Portions of the motel’s metal roof remained visibly unstable on the front side of the building on Tuesday, and damaged pieces, some that are peeled up, remained on the roof, Bronson said.
“There is some water that had come down through” the roof and is visible inside the building,” Smith said. “You can see the roof is sagging in certain places. There is certainly reason to be concerned about the building and occupancy of the building.”
City crews put caution tape up around the area to let those passing by know there are dangers, Smith said.
Leo Cookson, who answered the motel’s phone on Tuesday and identified himself as a worker, said crews were scheduled to arrive on Wednesday morning to begin removing the damaged materials. Owner Farhat Cheema was not available, he said.
“They made us evacuate” on Monday, Cookson said of the motel’s 25 occupants, most of whom pay a weekly rate. All were moved to a motel across the street and the New Stable Inn is paying for their stay, Cookson said.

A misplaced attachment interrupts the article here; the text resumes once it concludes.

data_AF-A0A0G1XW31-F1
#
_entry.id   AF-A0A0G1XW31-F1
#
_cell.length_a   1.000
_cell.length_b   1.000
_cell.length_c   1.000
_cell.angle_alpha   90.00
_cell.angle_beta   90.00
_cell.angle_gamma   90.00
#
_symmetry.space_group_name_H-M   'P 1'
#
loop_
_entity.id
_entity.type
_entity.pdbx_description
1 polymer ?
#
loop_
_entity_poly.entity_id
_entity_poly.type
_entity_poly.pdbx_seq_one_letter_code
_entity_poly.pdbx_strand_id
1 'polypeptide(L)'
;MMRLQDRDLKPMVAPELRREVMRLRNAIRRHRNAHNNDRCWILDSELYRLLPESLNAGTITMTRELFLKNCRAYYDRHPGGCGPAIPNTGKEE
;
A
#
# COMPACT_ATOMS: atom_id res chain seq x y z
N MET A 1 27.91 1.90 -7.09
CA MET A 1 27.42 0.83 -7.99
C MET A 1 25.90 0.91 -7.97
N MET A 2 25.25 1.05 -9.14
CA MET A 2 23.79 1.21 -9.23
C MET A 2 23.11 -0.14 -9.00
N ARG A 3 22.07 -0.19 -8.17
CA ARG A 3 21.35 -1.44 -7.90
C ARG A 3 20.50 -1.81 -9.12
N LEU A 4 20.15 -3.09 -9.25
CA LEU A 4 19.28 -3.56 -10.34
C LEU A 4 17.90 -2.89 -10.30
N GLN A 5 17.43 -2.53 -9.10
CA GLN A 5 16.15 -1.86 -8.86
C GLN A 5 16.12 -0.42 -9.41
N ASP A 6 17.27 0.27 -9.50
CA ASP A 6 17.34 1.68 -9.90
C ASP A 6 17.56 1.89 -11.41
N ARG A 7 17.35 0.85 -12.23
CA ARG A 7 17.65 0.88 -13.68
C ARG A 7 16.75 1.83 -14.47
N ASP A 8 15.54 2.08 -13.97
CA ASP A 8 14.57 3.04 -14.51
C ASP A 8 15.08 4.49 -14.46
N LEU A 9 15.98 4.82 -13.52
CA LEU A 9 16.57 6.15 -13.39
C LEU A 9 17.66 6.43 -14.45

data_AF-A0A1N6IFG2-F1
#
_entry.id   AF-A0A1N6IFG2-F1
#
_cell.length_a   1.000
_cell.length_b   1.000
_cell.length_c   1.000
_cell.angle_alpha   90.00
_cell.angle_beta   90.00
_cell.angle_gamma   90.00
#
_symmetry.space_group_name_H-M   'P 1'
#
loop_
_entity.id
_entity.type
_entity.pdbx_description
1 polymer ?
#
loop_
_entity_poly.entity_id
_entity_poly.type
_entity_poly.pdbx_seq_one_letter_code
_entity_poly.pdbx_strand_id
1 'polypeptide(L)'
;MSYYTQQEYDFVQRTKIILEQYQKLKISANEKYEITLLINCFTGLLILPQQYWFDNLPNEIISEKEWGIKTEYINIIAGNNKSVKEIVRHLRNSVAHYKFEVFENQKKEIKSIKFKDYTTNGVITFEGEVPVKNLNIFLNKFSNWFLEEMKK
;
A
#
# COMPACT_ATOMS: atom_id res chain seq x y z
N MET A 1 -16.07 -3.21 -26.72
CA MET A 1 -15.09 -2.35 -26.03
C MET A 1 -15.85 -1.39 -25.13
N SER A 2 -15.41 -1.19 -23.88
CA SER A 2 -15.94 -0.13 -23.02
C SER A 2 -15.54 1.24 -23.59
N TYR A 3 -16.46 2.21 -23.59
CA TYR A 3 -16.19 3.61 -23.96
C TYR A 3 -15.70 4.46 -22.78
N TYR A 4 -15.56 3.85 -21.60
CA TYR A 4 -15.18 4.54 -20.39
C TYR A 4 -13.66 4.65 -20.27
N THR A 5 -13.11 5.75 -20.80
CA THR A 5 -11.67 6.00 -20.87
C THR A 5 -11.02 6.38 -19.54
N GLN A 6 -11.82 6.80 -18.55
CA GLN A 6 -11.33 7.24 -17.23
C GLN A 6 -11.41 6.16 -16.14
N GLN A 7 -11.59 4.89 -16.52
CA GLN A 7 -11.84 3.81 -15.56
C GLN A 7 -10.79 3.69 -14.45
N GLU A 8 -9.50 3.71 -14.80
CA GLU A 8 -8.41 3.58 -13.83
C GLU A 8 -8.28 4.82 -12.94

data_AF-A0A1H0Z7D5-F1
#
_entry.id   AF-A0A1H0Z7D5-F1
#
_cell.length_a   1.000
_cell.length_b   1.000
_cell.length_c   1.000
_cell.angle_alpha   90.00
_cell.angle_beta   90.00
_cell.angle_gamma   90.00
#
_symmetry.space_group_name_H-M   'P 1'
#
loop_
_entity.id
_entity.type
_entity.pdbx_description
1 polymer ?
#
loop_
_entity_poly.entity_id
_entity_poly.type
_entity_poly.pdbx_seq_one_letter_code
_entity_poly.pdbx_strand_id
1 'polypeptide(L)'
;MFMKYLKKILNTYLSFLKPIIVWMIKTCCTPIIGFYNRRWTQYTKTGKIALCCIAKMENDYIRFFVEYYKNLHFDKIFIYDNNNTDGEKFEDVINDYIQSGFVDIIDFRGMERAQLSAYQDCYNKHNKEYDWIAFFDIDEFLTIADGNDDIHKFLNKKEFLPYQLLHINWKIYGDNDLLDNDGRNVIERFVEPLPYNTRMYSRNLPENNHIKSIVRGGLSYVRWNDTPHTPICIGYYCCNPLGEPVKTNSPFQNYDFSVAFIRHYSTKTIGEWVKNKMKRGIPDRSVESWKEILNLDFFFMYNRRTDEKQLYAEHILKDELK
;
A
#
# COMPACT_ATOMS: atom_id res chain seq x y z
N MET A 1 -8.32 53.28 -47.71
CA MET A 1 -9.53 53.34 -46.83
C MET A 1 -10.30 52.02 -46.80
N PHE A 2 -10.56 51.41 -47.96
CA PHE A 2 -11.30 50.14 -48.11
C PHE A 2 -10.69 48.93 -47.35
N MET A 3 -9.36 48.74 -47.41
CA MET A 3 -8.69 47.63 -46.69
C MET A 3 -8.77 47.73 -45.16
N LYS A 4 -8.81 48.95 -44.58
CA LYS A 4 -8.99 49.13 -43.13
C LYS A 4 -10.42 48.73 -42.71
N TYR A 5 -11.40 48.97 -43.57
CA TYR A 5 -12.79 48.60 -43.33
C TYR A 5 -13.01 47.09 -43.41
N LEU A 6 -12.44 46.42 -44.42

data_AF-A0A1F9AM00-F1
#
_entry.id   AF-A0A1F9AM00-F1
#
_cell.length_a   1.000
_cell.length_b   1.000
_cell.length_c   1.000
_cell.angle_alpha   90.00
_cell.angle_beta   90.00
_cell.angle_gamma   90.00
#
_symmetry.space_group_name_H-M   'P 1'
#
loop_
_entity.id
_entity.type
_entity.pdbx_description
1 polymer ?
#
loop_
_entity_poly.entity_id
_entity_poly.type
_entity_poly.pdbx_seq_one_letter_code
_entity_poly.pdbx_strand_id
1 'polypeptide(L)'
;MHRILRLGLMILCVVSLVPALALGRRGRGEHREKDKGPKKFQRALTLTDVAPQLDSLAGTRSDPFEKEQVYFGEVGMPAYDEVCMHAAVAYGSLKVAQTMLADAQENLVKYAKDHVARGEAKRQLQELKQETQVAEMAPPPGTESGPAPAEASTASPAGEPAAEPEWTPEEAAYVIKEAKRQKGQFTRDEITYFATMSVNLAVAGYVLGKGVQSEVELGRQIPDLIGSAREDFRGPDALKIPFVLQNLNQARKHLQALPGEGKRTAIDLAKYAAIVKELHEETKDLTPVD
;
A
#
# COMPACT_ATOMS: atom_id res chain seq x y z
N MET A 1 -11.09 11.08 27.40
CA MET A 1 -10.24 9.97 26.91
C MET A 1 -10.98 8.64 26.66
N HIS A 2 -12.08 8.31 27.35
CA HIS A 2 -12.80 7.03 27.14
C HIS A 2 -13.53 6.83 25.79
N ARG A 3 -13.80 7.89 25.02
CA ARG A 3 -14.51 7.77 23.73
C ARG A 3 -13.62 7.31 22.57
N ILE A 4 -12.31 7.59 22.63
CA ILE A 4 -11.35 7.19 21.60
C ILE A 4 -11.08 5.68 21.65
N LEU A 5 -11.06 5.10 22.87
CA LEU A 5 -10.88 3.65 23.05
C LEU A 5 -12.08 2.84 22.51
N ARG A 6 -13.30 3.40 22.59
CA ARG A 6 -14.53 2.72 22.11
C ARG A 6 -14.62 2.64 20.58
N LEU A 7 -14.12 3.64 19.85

Monday’s 1-3 inches of rain and wind gusts of up to 60 mph also are being blamed for a number of power outages, flooded roads and basements, and downed tree limbs, which kept emergency crews all over the state busy.
In Piscataquis County, officials planned to keep watch overnight on the Piscataquis River, which periodically flooded its banks on Tuesday.
The river exceeded the flood stage by a foot at noon when an ice jam developed in the river near Low’s Covered Bridge in Guilford, according to Tom Iverson Jr., Piscataquis County’s Emergency Management Agency director. He said the river’s flood stage is 11 feet. At noon, the river was at 12 feet but when the ice jam moved, the river lowered to about 8 feet, he said. At 6:30 p.m., the river was fluctuating between 8 and 13 feet, he said.
The river did overflow its banks off and on Tuesday afternoon but only flooded low-lying areas and didn’t affect any homes, he said.